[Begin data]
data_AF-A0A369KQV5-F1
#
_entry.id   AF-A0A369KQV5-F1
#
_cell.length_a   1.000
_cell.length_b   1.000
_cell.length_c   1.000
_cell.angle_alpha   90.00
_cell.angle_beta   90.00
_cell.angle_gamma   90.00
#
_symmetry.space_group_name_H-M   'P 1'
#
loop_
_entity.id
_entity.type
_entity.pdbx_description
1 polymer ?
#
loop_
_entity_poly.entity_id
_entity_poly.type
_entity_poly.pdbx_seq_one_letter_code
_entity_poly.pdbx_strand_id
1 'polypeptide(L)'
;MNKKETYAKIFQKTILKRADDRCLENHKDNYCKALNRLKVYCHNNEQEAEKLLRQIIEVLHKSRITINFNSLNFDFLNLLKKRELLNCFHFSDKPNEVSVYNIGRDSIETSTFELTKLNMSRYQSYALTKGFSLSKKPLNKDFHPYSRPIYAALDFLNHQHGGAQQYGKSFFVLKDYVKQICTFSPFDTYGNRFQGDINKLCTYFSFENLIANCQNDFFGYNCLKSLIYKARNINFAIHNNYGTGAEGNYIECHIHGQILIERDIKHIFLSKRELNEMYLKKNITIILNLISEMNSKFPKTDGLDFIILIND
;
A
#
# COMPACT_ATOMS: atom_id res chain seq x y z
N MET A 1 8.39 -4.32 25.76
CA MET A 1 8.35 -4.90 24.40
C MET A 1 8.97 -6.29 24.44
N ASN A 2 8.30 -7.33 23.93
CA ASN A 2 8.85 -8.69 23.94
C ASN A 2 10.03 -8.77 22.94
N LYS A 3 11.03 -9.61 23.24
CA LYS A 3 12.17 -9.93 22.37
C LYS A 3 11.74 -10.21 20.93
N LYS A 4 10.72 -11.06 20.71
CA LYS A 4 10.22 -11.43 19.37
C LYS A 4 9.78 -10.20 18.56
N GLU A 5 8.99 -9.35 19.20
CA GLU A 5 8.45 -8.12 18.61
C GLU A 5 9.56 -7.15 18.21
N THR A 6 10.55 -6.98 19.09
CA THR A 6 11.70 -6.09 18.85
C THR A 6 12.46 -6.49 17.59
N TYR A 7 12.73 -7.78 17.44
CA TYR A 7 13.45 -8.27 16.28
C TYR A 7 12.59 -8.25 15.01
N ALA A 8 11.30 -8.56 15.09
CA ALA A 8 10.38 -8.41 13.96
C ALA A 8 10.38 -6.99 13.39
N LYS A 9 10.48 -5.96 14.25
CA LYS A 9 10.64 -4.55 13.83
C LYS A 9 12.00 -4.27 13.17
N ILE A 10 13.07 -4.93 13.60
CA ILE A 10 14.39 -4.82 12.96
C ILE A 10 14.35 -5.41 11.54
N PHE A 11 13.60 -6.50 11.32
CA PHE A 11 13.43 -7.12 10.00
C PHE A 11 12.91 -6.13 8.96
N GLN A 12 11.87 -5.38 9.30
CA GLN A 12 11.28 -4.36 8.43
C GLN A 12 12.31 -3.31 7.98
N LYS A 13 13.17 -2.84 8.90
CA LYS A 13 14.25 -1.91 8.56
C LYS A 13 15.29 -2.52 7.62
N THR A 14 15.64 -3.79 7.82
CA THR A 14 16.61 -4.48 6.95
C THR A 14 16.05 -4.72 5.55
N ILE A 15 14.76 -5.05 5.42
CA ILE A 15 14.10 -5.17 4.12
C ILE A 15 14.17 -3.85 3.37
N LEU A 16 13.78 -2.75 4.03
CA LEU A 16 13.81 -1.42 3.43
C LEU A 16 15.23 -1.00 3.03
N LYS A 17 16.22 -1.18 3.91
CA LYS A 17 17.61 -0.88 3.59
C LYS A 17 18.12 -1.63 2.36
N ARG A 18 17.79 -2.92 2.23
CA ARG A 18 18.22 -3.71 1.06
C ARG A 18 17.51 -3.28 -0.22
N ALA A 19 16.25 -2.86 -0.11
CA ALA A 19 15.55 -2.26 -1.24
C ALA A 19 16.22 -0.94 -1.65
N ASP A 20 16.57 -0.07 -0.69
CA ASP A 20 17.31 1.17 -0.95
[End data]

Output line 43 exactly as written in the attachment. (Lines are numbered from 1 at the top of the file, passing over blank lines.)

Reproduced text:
N GLU A 5 8.99 -9.35 19.20